Mugabe issues warning to pro-gay diplomats
Zimbabwean President Robert Mugabe has threatened to throw out any foreign diplomats who support gay rights.
JOHANNESBURG - President Robert Mugabe has threatened to throw out any foreign diplomats who call for the Zimbabwe to respect gay rights.
Mugabe's comments come hot on the heels of other African countries who have also banned and made gay rights illegal.
In February, Uganda's President Yoweri Museveni followed majority of other African countries by signing the anti-gay law which punishes first-time offenders with 14 years in jail and allows life imprisonment as the penalty for acts of "aggravated homosexuality".
Nigeria in January banned same-sex marriage while homosexual acts already carry the death sentence under Islamic law, which applies along with federal law in the north of the country.
The 90-year-old president was speaking at Independence Day celebrations in Harare's main sports stadium.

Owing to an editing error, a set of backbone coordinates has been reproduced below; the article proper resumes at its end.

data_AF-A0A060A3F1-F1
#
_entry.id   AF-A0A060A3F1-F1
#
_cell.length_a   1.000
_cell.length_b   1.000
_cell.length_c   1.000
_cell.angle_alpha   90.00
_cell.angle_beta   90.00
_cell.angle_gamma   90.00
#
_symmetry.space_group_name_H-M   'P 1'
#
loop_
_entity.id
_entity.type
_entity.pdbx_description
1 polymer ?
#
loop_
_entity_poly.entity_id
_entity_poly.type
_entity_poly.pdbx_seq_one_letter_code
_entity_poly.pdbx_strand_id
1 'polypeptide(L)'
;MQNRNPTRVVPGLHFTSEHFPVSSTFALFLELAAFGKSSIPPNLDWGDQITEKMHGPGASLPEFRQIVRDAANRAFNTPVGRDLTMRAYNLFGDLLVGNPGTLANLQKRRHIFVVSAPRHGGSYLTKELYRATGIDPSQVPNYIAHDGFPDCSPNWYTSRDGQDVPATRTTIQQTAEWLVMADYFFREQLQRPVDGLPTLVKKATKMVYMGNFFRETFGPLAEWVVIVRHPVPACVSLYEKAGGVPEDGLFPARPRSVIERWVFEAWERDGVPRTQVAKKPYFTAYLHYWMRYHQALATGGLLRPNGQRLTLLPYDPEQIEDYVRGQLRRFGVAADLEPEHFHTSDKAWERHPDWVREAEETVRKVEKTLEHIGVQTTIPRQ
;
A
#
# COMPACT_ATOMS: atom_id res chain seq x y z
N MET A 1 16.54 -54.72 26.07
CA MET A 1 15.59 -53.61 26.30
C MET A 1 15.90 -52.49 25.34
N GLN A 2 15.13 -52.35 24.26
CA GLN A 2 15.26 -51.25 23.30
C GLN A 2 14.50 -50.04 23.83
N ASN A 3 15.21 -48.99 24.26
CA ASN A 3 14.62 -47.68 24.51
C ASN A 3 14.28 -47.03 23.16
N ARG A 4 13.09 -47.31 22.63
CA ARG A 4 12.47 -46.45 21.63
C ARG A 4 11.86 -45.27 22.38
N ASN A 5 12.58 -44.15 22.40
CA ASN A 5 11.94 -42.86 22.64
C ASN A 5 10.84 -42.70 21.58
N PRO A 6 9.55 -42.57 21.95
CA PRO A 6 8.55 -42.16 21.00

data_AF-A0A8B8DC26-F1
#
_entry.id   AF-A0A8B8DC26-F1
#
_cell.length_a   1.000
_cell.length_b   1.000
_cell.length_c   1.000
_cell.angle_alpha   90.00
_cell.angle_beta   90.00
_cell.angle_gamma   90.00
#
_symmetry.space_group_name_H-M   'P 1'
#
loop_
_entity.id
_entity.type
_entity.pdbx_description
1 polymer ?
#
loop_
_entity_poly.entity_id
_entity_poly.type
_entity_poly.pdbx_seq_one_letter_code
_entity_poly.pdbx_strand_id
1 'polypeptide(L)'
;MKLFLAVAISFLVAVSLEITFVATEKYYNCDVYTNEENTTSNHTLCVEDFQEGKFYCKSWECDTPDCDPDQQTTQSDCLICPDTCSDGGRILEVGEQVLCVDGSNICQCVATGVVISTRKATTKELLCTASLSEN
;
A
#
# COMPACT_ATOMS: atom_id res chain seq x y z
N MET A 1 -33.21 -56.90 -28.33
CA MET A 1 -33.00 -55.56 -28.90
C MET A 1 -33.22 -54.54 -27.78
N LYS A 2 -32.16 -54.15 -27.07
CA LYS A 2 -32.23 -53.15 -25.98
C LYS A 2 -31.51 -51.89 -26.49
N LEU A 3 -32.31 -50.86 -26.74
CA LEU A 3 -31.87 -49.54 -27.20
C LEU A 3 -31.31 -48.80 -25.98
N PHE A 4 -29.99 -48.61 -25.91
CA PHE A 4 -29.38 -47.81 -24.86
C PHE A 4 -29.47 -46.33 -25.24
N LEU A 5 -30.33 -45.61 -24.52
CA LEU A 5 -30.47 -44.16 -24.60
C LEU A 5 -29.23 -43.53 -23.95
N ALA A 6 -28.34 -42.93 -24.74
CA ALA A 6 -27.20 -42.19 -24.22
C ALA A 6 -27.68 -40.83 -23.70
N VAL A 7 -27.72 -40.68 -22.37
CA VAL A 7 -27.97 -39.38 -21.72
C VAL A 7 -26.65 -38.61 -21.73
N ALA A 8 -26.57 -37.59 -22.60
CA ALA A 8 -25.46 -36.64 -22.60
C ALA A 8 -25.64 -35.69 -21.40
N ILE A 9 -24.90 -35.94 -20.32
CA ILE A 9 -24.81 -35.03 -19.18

He said, "Europe must keep what he calls its homosexual nonsense."
Mugabe told crowds gathered to celebrate Zimbabwe's 34th anniversary of independence that freedom fighters did not fight for Zimbabwe to become a homosexual territory.
Mugabe, who turned 90 two months ago and has previously called homosexuals worse than pigs and dogs, said he wanted to be informed if any foreign diplomats tried to advocate for gay rights inside Zimbabwe.
In a blistering attack on what he called dishonest Europe, Mugabe said Zimbabwe would kick out pro-gay diplomats without offering any excuse.
Activists have been calling for the South African government to intervene by speaking to other African countries about their anti-gay laws.
But, President Jacob Zuma said South Africa as a country had no right to interfere in any legislature or policy brought into law by other countries.